**Originally Listed At $100**
Artist Johann Heinrich Wilhelm Tischbein (German, 1751-1829), Plate 26, from William Hamilton's (born Scotland 1730, died England 1803) "Peintures des Vases Antiques de la Collection de Son Excellence Mr. Le Chevalier Hamilton. . . . . Four volumes in French and Italian." Florence: Societa Calcographica, 1802. A custom matted and framed hand colored engraving inspired by imagery on ancient vases created by Johann Tischbein, a German artist whose friendship with J.W. von Goethe led him to pursue Neoclassicism. Sir William Hamilton was a British ambassador to the Kingdom of Naples during the period of Naples' "Golden Age" who was fascinated by the excavations of Pompeii and Herculaneaum. He was an avid collector of classical antiquities, especially Greek vases. Size: 14.75" L x 10" W (37.5 cm x 25.4 cm) including mat and frame
After amassing and publishing fine illustrations of his first "Cabinet of Etruscan, Greek and Roman antiquities," Sir William Hamilton sold the renowned collection to the British Museum, and began afresh to develop a second, similar collection. The first collection remains one of the Museum’s greatest treasures. Hamilton authored and published his "Collection of Engravings from Ancient Vases" based on this second collection, between 1791 and 1795. This publication and Wedgwood’s works on ceramics influenced John Flaxman and Henry Fuseli as well as many other European artists. These engravings are illustrations from the first Florentine edition of "Collection of Engravings from Ancient Vases." Part of this group of vases was lost during Hamilton’s hasty escape from Naples upon the invasion of the French in 1798; the remainder was eventually sold en masse to Englishman, Thomas Hope. Though Hope offered Hamilton less than he planned to receive, he promised to keep the vases together, for the study of artists and students of history, as Hamilton had always intended.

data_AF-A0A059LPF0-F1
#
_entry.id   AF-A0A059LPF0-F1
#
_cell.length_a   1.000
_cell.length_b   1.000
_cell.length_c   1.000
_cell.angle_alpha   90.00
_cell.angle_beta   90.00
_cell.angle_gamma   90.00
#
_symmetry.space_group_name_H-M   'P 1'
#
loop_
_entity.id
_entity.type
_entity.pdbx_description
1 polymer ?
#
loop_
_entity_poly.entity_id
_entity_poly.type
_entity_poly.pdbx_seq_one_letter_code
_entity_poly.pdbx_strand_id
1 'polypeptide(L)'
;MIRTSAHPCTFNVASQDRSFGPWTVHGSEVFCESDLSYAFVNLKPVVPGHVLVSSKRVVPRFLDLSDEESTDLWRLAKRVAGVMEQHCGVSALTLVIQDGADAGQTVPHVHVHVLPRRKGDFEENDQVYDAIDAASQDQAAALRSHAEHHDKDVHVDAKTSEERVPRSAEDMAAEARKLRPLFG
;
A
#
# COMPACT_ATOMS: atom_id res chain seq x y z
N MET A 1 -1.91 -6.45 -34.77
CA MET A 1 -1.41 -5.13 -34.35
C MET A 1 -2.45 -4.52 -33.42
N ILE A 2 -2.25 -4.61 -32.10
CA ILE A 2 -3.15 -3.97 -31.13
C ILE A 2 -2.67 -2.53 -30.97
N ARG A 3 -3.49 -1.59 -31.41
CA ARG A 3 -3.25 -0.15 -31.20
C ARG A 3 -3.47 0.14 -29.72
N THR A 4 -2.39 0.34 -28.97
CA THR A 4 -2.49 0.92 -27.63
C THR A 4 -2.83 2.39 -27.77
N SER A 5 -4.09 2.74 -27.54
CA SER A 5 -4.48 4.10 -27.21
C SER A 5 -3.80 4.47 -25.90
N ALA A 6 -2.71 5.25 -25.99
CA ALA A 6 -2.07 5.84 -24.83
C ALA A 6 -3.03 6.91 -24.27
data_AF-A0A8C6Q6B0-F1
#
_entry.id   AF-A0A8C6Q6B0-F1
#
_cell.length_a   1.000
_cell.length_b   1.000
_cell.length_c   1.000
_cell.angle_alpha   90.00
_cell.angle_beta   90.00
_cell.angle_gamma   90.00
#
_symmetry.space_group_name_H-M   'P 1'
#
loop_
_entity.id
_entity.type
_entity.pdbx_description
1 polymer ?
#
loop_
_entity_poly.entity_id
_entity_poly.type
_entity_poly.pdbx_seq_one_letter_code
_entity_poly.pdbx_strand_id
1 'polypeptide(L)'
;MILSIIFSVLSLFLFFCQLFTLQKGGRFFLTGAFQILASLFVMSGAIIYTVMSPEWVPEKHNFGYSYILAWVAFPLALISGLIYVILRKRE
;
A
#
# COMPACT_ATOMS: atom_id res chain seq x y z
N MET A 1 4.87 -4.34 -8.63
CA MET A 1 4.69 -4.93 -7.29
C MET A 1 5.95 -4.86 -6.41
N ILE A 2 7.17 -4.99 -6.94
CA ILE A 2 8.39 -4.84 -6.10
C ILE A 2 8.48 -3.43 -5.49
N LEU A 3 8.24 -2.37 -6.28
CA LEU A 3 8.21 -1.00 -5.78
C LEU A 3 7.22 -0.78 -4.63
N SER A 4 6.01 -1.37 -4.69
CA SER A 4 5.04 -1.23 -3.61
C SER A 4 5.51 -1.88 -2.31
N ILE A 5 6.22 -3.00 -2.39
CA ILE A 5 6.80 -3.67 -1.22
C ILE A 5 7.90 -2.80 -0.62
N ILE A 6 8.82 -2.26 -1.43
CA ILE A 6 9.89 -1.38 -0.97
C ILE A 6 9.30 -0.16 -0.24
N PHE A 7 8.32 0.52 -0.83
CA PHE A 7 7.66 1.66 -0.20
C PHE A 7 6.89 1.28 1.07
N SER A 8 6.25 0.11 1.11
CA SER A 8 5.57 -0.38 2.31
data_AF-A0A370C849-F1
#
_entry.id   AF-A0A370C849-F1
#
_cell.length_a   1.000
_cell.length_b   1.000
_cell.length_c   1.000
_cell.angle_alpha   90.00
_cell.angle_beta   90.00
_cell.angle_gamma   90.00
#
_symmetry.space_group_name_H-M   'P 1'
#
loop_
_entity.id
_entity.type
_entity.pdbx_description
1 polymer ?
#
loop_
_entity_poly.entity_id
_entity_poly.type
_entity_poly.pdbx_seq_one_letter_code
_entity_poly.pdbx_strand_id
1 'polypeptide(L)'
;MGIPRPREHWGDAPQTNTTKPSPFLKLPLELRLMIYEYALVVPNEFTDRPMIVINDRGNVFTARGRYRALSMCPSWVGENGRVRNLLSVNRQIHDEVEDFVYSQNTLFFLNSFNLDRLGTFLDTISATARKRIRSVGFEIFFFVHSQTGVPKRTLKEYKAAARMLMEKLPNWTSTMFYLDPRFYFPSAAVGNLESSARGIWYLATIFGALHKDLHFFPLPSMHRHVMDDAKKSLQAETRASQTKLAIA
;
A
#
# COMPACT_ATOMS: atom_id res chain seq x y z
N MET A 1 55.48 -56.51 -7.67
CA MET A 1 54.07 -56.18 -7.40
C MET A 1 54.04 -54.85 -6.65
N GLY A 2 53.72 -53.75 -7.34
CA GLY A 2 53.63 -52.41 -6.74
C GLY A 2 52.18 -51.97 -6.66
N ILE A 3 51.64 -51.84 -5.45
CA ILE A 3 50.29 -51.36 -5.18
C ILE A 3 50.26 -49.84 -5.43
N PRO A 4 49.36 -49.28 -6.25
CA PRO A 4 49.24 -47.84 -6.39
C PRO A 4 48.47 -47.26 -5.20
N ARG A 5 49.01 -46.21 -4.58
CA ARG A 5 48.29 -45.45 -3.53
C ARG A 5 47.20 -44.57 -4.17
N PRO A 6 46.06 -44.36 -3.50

Provenance: private Denver, Colorado, USA collection
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